The Hungarian Europe Society observes the indecisiveness of the Hungarian government with increasing concern: the “floatation” of the introduction of the euro, already postponed once before and, then, set for 2010; as well as the populism that is simultaneously gaining ground in politicians’ fiscal policy rhetoric in a threatening way.
The dismissal of the publicly announced timing and the convergence programme that leads to the adoption of the single European currency a second time might discredit Hungarian economic policy for the long run in the eyes of both the population and the business, inside and outside the country.
Such bogus options as “either motorway, or euro”, which reveal the mistaken, uncontrolled expansionary fiscal policies in recent years, make unsuspecting, less well-informed citizens face false dilemmas. The European Union provides its cohesion fund to the less developed member states mostly for infrastructural and environmental development exactly to help them to continue these large-scale investments, while cutting the public deficit as it has been prescribed. Should the introduction of the euro vanish into the haze of the distant future due to the aggravated situation of the public deficit, support coming from the cohesion fund could finally be withdrawn, foreign investment might fade away, and we would be left here with our devaluing “national currency” and uncompleted motorway-plans.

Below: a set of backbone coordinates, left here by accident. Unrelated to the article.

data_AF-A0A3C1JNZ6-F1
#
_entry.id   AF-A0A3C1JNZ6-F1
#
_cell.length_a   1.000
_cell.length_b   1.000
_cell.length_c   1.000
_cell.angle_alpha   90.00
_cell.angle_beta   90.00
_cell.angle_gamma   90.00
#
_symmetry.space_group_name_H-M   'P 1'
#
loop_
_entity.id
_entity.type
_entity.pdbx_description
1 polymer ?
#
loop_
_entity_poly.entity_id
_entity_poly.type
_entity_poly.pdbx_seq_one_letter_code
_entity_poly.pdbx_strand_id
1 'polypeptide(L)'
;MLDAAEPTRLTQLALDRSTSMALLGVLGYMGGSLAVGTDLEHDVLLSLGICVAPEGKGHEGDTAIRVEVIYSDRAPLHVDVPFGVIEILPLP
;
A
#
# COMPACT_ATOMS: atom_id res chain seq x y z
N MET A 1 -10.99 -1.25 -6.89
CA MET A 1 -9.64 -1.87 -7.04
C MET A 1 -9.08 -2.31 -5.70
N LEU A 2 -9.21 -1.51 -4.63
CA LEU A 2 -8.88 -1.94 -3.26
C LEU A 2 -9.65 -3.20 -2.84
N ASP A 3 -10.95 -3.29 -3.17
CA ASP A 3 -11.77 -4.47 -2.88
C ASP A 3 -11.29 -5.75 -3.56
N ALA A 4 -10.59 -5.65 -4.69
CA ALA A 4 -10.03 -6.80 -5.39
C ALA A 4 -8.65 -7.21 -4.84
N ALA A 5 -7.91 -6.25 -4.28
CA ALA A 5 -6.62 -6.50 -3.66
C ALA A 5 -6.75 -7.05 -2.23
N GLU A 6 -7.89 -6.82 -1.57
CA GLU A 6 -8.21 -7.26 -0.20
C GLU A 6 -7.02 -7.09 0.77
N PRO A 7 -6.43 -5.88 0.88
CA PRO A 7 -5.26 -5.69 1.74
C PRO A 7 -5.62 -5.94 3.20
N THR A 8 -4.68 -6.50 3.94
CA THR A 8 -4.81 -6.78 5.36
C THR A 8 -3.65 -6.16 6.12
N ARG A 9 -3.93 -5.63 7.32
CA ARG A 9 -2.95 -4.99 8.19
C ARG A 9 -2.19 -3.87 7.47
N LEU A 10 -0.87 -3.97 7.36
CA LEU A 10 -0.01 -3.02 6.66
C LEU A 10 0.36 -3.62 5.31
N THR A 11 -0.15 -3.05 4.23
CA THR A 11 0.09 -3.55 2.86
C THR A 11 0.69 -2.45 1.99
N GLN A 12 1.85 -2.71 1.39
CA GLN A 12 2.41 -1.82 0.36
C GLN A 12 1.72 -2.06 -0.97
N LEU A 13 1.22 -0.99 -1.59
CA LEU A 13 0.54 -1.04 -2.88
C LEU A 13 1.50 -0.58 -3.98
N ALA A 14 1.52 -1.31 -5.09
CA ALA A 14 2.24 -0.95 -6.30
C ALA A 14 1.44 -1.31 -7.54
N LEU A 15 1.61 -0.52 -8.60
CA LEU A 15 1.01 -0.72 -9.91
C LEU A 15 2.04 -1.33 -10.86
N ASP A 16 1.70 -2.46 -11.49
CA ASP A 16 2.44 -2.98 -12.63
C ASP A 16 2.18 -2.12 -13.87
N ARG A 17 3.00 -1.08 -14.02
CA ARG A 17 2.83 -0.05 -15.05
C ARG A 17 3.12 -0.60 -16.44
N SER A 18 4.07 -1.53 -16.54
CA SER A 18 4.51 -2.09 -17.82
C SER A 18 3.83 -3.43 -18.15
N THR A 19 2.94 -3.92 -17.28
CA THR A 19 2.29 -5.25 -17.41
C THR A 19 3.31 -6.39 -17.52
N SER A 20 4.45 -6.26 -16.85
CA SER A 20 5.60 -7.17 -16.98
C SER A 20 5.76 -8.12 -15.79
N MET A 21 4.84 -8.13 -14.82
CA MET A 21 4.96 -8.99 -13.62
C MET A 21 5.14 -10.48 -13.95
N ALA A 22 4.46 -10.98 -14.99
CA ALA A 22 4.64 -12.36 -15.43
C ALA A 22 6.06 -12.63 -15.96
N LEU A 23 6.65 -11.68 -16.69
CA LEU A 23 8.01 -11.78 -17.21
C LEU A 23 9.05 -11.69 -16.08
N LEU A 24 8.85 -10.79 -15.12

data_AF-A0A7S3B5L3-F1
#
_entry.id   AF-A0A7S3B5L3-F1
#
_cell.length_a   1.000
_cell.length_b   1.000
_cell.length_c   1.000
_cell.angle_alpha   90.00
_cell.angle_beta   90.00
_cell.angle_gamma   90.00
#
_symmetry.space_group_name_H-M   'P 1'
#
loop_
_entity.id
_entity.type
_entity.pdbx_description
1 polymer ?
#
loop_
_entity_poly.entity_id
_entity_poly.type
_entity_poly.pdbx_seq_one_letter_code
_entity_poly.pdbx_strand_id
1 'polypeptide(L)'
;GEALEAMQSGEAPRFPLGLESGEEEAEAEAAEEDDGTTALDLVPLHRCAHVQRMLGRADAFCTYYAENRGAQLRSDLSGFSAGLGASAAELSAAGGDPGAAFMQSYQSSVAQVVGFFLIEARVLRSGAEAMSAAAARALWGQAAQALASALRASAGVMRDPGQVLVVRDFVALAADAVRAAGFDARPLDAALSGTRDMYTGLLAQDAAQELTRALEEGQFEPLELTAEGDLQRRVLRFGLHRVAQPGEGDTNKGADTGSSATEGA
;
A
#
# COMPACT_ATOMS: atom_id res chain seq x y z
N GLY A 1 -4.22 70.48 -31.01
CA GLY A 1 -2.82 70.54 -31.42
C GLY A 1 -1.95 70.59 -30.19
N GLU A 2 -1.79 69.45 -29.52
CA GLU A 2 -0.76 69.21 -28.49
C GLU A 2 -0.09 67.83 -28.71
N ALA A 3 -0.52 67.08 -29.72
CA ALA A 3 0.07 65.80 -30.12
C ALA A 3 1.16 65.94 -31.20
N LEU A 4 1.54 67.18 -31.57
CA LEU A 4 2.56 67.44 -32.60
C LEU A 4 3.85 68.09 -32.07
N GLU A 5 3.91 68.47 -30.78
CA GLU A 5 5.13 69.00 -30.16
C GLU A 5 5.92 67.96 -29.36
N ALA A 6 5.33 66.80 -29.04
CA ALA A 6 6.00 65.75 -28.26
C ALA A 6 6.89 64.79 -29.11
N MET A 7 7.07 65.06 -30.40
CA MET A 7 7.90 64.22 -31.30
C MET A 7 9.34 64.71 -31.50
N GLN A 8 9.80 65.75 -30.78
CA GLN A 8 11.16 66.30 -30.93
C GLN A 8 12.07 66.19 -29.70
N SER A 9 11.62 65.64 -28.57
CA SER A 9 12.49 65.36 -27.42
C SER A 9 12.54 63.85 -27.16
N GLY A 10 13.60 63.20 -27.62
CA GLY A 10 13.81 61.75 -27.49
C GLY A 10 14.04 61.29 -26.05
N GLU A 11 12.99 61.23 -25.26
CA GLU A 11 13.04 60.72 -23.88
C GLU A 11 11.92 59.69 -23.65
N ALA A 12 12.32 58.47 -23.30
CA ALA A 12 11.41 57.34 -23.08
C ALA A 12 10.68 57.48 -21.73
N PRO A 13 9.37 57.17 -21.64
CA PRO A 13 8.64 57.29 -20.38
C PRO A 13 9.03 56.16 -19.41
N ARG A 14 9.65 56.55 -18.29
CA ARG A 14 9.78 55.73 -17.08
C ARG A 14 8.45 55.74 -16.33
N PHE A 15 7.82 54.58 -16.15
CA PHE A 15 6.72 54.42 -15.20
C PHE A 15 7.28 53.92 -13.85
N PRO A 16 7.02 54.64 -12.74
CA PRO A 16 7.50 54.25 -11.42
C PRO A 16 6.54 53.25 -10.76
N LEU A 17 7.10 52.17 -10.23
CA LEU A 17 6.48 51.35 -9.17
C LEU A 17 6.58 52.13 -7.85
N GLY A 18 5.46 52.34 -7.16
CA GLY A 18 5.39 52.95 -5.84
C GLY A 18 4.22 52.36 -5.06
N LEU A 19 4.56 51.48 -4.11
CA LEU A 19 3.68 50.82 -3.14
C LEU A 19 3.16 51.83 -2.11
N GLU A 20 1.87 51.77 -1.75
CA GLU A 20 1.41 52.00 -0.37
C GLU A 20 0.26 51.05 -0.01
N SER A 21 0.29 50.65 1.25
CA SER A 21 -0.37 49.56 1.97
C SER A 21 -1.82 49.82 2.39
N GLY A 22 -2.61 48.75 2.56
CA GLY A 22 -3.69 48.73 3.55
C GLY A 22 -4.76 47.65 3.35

Therefore, the Hungarian Europe Society urges the parliamentary parties to adopt a budget with lower spending in the debate over the national budget of 2006, respecting the deficit plan included in the convergence programme, and, at the same time, launching the necessary reforms. In addition, we propose that the Hungarian Parliament enact the timetable of the deficit reduction set by the convergence programme, in order to preclude the competing parties chasing each other into budgetary overspending before the national elections in 2006 and 2010.
To restrict government spending and to enter the euro-zone as soon as possible are neither dictates from Brussels, nor economic political goals in themselves; but these are indispensable prerequisites of a lasting boost of the Hungarian economy and the stable improvement of our living conditions. What’s more, the single European currency would make the feeling of being Europeans really tangible for the Hungarians.
Let us not lose this historic opportunity!
Budapest, 11 October, 2005